The crito. External Meaning Of The Crito, By Plato 2022-11-17
The crito Rating:
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Crito by Plato Plot Summary
And there would be no difficulty in arguing that Socrates should have lived and preferred to a glorious death the good which he might still be able to perform. Nor can I think that you are at all justified, Socrates, in betraying your own life when you might be saved; in acting thus you are playing into the hands of your enemies, who are hurrying on your destruction. The failure here is not epistemic but lies in many of the jury having neglected their duty. But you have not told me why you come at this early hour. While practicing and teaching philosophy, Plato wrote an extensive series of philosophical dialogues featuring his old teacher, Socrates. Thus, Socrates convinces Crito that it would be better not to attempt an escape. Concluding to the fact that Socrates cannot escape, he must stay in Athens to obey his obligations as a citizen of Athens.
We endeavour to interview cohorts of students as they complete our 12-week modules. Similarly, the conditions of agreement in the argument from just agreements are to be understood only through his personal story. In a badly governed city, on the other hand, he would be forced to spend the rest of his days surrounded by political chaos. For men will love you in other places to which you may go, and not in Athens only; there are friends of mine in Thessaly, if you like to go to them, who will value and protect you, and no Thessalian will give you any trouble. Apology — which was the younger work — Plato essentially reported what Socrates had said without much embellishment, but when writing Crito, he had given his thoughts on the matter through the mask of Socrates. He must be guided by reason, although her conclusions may be fatal to him.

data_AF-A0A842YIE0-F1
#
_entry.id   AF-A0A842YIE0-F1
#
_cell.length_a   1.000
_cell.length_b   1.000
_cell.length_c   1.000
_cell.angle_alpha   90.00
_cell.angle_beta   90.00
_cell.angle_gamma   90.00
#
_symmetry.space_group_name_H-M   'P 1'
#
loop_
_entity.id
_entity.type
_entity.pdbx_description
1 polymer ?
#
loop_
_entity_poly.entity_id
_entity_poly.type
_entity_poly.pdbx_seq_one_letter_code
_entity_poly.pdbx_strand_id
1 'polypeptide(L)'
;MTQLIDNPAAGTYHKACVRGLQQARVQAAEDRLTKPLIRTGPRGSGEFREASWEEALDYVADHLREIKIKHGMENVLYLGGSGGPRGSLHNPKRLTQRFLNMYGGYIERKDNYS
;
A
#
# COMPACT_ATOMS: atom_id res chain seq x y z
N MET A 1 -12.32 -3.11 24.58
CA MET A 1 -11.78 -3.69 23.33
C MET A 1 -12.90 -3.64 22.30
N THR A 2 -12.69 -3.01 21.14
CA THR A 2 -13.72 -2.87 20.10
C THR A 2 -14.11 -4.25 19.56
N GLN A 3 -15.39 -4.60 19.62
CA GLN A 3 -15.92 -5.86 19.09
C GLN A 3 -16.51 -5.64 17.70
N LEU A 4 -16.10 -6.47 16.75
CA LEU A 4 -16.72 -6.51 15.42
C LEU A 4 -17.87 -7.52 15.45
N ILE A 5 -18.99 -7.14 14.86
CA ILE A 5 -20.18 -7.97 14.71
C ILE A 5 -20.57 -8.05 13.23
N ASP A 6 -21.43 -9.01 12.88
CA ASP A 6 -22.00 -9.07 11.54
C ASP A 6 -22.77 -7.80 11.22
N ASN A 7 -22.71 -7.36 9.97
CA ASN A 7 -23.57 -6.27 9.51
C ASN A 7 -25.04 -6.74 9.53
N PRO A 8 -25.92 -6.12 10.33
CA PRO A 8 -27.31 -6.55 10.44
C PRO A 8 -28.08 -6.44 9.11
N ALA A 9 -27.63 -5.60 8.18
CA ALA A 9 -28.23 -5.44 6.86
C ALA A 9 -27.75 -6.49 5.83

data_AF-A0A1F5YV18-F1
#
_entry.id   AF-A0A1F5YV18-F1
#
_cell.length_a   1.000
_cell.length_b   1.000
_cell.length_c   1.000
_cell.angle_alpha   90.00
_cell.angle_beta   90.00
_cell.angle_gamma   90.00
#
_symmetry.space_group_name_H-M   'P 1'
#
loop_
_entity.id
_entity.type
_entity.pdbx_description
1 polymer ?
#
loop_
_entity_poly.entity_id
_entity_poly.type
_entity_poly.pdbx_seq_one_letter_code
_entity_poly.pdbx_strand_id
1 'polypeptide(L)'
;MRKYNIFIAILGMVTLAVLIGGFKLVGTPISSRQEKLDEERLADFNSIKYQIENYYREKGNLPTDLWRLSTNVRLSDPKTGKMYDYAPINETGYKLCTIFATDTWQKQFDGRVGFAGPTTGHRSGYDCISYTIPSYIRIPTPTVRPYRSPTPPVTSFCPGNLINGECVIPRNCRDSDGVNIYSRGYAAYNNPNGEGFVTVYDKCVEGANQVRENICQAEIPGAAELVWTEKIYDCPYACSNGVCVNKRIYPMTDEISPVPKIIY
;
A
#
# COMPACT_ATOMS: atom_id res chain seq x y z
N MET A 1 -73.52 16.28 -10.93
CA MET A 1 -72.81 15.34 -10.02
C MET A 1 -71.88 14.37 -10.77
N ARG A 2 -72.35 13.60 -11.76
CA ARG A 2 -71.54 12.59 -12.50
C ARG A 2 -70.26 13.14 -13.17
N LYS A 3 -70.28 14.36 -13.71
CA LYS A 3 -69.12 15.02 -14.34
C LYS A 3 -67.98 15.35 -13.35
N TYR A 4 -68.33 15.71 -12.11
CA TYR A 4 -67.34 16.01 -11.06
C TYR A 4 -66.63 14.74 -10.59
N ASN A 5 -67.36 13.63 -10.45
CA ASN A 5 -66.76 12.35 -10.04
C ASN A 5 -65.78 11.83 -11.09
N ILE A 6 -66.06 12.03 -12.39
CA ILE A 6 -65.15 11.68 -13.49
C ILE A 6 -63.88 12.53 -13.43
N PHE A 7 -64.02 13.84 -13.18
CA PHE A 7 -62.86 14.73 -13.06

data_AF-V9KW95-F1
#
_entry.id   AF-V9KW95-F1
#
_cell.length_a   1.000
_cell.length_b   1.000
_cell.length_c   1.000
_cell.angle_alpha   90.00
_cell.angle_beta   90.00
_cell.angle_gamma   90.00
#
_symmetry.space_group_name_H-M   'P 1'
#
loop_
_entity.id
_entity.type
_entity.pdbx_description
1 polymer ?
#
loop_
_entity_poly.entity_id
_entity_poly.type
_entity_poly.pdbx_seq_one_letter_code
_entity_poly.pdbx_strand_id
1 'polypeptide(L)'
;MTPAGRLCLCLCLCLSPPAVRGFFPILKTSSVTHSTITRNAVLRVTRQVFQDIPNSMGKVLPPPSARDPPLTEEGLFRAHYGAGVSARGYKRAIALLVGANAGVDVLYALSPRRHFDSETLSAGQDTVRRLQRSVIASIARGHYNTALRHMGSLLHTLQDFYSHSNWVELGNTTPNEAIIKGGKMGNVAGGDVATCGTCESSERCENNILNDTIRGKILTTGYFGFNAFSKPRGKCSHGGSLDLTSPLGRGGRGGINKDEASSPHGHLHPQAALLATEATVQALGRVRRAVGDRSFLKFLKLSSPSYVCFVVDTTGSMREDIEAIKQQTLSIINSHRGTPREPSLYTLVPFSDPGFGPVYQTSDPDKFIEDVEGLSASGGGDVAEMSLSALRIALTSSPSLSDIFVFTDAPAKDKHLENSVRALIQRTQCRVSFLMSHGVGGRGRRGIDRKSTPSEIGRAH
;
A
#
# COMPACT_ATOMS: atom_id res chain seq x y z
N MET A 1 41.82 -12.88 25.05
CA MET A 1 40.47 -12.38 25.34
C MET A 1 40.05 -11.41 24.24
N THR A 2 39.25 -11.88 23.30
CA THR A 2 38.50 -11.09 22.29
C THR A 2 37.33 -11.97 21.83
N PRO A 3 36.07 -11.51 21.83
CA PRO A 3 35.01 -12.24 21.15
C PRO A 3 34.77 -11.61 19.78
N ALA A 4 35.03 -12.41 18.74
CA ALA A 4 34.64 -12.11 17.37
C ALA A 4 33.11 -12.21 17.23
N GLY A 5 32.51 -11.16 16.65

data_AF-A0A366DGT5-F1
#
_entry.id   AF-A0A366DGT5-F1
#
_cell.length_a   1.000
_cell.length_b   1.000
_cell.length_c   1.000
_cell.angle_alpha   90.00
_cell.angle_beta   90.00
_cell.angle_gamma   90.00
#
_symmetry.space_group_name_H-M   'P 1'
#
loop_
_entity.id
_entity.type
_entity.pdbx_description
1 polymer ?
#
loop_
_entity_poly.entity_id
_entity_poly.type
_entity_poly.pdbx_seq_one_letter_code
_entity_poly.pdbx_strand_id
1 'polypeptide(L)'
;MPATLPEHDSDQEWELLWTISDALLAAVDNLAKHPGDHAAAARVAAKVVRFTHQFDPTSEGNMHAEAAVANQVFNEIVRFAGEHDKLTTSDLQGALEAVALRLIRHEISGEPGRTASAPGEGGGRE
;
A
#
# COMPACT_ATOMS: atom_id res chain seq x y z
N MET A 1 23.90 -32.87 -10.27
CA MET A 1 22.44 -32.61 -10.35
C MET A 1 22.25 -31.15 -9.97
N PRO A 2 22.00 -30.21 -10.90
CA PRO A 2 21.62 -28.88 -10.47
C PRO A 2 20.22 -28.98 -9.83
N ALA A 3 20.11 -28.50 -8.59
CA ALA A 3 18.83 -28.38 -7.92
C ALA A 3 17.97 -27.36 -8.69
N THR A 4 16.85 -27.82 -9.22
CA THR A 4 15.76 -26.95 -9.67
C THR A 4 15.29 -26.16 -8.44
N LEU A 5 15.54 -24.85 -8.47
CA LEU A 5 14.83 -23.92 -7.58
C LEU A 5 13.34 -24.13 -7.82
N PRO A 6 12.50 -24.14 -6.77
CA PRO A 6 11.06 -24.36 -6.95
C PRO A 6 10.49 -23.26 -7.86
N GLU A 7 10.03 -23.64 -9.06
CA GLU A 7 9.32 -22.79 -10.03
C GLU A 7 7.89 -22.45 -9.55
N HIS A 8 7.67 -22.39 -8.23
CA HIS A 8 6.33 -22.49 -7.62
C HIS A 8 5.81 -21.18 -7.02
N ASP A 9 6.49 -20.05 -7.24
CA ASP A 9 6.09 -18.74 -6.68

Of all Athenians you have been the most constant resident in the city, which, as you never leave, you may be supposed to love compare Phaedr. The text is one of the few Platonic dialogues that appear to be unaffected by Plato's opinions on the matter; it is dated to have been written around the same time as the Apology. His imaginative description of his situation, including the personification of the Laws, is an exercise of his moral creativity, his artistry. But I would have you consider, Crito, whether you really mean what you are saying. However, his formulation allows for various views on the role of moral principles within the particularist camp, some of which may be more aptly described as a form of generalism. In this reading, readers are invited to reconstruct such arguments from the text.